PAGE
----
Next Generation of Cystinosis

Have you ever felt lost, isolated, sad and depressed? Are you struggling to live your fullest life?

I know have, and I am.

My name is Mika Jayne Covington. I am 28 years old. I am a transgender woman and my pronouns are she, her, and hers. I live with an ultra-rare disease called cystinosis. I am a survivor and I live with mental illness. *I will talk more about my experiences being a transgender woman and being a survivor*

I have felt lost because of living with the unknowns of an ultra-rare chronic disease. Specifically, I am charting a new course in the life journey of a cystinosis patient. I am part of the first generation of cystinosis patients to live into adulthood. I have no idea what lies ahead for me. What I do know is that the ultimate path of cystinosis is death and with death the unknown of what comes after.

I have felt isolated because cystinosis is an ultra-rare disease. Thus, there are very few adults living with the disease. Frequently, living with a disease similar to cystinosis creates a feeling of isolation because many of my peers have no comprehension of what it is like to constantly fight with insurance companies and pharmacies, to take over twenty medications, and to spend nearly a third of my life in hospitals, clinics, doctors’ offices, and pharmacies.

Because of living with cystinosis I have felt sad and depressed. Cystinosis stops me from doing many of the activities I would like to do, such as working on political campaigns, finishing college, and traveling the world. The disease stops me from being spontaneous or just being a young adult. I feel depressed because I feel that I was robbed of my childhood.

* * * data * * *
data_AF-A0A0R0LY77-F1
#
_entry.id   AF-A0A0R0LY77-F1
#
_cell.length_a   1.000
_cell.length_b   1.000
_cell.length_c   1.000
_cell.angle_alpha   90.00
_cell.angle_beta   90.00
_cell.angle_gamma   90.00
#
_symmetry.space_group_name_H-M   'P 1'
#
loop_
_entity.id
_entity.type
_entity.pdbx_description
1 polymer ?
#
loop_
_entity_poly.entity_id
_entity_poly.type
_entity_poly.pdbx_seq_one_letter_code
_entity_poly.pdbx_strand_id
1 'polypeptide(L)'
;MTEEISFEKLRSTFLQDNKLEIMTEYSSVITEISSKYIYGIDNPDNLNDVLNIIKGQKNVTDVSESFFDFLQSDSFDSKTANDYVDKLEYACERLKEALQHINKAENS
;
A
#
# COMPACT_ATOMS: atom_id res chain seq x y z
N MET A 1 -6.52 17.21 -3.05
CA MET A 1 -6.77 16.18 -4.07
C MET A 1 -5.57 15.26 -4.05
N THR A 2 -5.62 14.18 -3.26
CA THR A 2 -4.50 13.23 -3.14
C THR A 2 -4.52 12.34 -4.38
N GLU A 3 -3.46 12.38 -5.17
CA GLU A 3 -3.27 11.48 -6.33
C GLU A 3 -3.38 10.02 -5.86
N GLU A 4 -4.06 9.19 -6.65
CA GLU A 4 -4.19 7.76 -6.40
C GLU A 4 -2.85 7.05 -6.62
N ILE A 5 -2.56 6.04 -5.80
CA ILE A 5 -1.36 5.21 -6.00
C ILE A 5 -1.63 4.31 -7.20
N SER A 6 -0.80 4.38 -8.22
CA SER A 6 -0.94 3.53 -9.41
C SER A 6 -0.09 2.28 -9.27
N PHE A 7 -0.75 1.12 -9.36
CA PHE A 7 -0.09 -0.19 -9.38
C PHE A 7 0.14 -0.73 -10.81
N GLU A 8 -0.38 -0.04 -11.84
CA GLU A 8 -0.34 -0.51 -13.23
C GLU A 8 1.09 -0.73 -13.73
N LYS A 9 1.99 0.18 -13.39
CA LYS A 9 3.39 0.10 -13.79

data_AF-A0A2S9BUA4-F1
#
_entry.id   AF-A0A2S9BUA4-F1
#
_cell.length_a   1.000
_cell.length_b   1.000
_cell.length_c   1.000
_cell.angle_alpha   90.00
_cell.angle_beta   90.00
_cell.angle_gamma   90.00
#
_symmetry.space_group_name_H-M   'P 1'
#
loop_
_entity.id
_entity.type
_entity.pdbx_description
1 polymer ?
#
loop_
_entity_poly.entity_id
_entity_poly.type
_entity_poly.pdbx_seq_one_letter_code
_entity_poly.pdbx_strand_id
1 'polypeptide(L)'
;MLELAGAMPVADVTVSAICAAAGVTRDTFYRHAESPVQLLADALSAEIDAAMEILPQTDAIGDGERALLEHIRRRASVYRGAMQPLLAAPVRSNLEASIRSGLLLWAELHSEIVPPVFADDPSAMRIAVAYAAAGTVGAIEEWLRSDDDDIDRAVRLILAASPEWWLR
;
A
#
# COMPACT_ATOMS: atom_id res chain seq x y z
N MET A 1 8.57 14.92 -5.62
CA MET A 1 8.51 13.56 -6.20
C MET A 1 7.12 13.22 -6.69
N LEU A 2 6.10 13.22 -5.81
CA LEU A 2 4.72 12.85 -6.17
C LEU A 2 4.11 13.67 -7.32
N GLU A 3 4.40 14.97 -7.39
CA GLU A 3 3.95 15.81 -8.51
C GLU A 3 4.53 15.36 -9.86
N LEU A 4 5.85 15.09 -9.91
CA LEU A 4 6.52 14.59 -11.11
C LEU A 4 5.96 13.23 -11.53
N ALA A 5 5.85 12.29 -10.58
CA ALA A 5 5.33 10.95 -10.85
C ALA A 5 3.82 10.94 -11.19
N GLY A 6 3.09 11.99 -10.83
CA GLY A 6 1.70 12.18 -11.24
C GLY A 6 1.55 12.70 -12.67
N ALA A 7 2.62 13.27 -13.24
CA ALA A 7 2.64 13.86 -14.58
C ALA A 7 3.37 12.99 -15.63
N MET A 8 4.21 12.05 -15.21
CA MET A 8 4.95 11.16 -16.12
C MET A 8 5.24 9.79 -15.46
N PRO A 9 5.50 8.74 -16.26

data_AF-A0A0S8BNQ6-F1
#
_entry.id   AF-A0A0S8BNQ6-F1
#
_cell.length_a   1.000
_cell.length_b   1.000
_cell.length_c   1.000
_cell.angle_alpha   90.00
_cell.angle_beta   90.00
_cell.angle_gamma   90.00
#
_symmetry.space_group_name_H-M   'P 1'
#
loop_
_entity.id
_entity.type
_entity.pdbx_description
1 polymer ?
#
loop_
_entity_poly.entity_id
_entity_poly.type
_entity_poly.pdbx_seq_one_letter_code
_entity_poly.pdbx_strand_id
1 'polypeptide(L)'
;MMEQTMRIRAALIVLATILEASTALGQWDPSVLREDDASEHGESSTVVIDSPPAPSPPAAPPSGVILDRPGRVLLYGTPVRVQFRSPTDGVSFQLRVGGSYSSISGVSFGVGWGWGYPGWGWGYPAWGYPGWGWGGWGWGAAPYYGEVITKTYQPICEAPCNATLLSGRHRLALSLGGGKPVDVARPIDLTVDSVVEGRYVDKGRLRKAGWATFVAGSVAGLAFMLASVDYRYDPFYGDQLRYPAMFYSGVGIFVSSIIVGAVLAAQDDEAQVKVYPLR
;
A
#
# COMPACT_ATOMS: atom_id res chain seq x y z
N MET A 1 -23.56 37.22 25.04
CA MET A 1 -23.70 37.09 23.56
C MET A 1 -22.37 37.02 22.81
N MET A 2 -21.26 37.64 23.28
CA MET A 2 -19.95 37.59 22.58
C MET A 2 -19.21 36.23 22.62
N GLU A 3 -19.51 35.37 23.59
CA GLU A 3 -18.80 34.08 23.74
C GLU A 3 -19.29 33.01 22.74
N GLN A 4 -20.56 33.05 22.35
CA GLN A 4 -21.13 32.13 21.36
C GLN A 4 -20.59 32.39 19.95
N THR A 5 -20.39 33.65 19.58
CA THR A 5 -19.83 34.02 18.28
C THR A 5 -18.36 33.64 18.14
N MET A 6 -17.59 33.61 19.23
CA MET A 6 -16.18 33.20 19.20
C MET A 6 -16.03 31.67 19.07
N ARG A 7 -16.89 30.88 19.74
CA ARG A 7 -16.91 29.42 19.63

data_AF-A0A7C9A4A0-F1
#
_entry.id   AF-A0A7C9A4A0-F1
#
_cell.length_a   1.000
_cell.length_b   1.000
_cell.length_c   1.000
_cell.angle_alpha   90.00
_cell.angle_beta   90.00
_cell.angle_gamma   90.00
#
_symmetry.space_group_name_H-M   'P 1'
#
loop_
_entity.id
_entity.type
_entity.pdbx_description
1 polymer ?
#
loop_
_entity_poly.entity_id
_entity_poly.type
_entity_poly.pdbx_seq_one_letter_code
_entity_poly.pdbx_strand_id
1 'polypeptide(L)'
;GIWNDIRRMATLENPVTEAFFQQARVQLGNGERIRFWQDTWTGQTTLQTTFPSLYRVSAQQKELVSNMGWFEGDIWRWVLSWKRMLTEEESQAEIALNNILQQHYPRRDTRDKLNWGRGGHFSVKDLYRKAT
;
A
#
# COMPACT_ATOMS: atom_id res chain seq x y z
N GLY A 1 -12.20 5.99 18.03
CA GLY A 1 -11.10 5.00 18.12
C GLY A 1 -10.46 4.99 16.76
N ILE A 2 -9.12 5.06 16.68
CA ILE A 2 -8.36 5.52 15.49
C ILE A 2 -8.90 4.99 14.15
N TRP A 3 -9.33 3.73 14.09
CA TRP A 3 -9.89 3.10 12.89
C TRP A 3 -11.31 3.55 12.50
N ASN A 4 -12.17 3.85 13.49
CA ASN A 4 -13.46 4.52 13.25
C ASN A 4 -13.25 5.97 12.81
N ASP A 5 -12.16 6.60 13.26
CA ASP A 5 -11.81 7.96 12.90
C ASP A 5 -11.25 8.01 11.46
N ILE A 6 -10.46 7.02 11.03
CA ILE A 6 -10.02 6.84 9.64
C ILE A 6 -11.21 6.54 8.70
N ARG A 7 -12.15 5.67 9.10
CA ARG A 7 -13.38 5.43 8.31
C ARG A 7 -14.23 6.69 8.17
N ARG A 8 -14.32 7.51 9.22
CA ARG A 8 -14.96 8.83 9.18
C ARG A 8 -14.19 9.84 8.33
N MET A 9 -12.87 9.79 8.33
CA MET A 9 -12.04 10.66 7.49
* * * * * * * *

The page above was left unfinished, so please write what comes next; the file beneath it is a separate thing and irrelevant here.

I have struggled not only because of the many side effects of cystinosis, but also the side effects of the many medications that I take. I live with frequent headaches, nausea, vomiting, dizziness, shortness of breath, and more. Many of these side effects interfere greatly with my quality of life and my ability to complete daily tasks.

Unfortunately, there is no organization within the rare disease community that specifically addresses the needs of adults living with cystinosis. There are two organizations in the United States that do provide support for parents and families of children with cystinosis.

Therefore, my friend Rebekah Palmer, myself, and others have decided to build a new organization for the cystinosis community, called the Next Generation of Cystinosis.

Next Generation of Cystinosis (Next-Gen Cystinosis) is a nonprofit volunteer-run organization. Next-Gen Cystinosis’s mission is to create safe spaces for adults 18 years and older affected by cystinosis to engage in open and honest dialogue about the plethora of issues that affect them.

Next-Gen Cystinosis’s purpose is to

  • provide adults 18 years and older affected by cystinosis support in dealing with the issues and concerns that specifically affect them;
  • to provide emotional and psychological support and education;
  • to provide evidence-based, medically accurate sexual and reproductive health education; and
  • to provide guidance on where to find information and resources to adults affected by cystinosis.


Rebekah Palmer is a senior studying Professional Communication and Emerging Media at the University of Wisconsin – Stout. She holds a bachelor’s degree in secondary Christian education with English and business emphasis. She currently writes from rural Wisconsin, and her articles have appeared on the rare news website PatientWorthy. She volunteers in her local community as a tour guide in historical buildings and participates in the performing arts. She has three books available to date on Amazon and/or Aneko Press. Her author’s information can be found on Goodreads. Her rare disease blog curation address is

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